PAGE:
If you want to understand why Sanders [was] still running for the Democratic nomination, [after he had already lost] look at the presidential election of 1912, when a war between former President Theodore Roosevelt and President William Howard Taft tore the Republican Party apart and put a Democrat — Woodrow Wilson — in the White House.
“Third parties have a very difficult time in American political history. Third parties sting and then they die.”
…Roosevelt introduced the concept of direct presidential campaigning that year and racked up a series of wins. Until then, candidates had relied on surrogates to get their messages out to the public and at political conventions.
“He [was] promoting the cult of celebrity into politics in a way that has ramifications throughout the 20th century,” said presidential historian Douglas Brinkley.
[The Peanut Gallery must interrupt to point out the ridiculous fiction these three paragraphs are predicated upon.
Within a two-party system, a political party is not a monolith. (To drill it down a bit further for all you multi-party parliamentary system advocates out there, its members viewpoints, although varied, almost certainly align more than the view points of many a coalition government.)
One does not belong to or vote for the party which exactly mirrors each political viewpoint one might hold. One votes for the party that is more closely aligned with one’s views. To claim the former is to ignore the representative nature of democracy as a system of government.
Democratically elected representative legislative body enact laws through compromise and only through compromise. There is no winner take all.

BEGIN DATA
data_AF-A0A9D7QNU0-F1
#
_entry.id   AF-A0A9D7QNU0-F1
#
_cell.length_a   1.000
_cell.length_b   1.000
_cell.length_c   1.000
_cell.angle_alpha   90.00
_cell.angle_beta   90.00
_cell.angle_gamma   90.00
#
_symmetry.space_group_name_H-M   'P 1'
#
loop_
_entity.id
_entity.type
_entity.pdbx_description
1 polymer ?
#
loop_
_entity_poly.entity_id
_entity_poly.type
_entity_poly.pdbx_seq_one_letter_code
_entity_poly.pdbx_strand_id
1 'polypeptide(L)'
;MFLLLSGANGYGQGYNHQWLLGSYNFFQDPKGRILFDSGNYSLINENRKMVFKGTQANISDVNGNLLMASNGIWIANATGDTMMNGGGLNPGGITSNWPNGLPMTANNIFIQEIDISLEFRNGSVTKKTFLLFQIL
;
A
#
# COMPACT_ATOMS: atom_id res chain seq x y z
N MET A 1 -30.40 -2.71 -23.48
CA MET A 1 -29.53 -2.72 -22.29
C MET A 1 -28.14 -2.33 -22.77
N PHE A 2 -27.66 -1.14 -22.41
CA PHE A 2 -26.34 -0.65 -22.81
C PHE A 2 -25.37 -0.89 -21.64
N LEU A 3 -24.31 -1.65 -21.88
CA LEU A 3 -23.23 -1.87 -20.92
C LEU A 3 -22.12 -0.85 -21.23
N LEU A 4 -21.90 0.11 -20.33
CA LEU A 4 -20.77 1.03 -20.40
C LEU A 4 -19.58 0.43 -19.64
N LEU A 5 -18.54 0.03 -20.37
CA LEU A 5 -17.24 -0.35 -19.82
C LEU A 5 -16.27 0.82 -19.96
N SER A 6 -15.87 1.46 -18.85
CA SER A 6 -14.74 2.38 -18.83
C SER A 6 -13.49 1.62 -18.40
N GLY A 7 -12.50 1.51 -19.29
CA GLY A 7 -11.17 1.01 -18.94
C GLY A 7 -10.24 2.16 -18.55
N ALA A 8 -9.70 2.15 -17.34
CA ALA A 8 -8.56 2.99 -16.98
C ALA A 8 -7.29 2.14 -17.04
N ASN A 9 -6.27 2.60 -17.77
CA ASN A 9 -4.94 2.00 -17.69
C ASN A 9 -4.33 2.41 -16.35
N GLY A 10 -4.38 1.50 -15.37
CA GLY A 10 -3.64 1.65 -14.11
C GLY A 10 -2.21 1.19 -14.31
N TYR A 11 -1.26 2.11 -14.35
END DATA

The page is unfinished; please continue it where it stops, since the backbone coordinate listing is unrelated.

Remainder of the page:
We pledge allegiance to the Republic for which it stands, the petulant fantasy of a country of people each of them having their own way all the time.
As you were.
Say a third-party candidate actually managed to split the electoral vote in a presidential election. According to the Constitution, the House of Representatives, which is controlled by one or the other of the two dominant political parties, would choose the next president. The [two-] party system has backstops.
OK…. One more pause to vent and throw peanuts.
For the love of Lincoln and FDR, a two-party system functioning in a way which reinforces the dominance of two parties is not a design flaw. Two parties are kind of the point…
Does anyone pretend to know anything about civics these days, or are we all just pretending governmental systems are something akin to children’s make-believe. they are what ever our whims and preferences say they are?
Echo-chamber of idiots running around, missing the forest for the trees because they’ve convinced themselves they should be in a field.
The parties themselves are ever-evolving, but it seems pretty clear at the moment that there can only be two and whichever one can cram the most ideas into its tent can make a claim at power until people want to leave the tent.
By jove! Is that reality seeping in?
Add to that the massive diversity — geographic, racial, economic and otherwise — of a country of 350 million people. It’s both not reasonable to think two parties can sufficiently represent the viewpoints of Americans and not possible to imagine where a third party would fit.
Nope. At least not for very long. Dipshit, it is both reasonable to assume even a group as massive and diverse as the voting citizenry of the United States can be grouped into one of two group which loosely represent opposing ends of the ideological spectrum and for those parties to change and grow and assimilate new planks to platform to accommodate changing norms in society. Grow up and vote for the group who repsents you best instead of expecting a party to perfect represent one own point of view, Zach.
Mmm,no actually. Interesting anecdotes about Roosevelt though.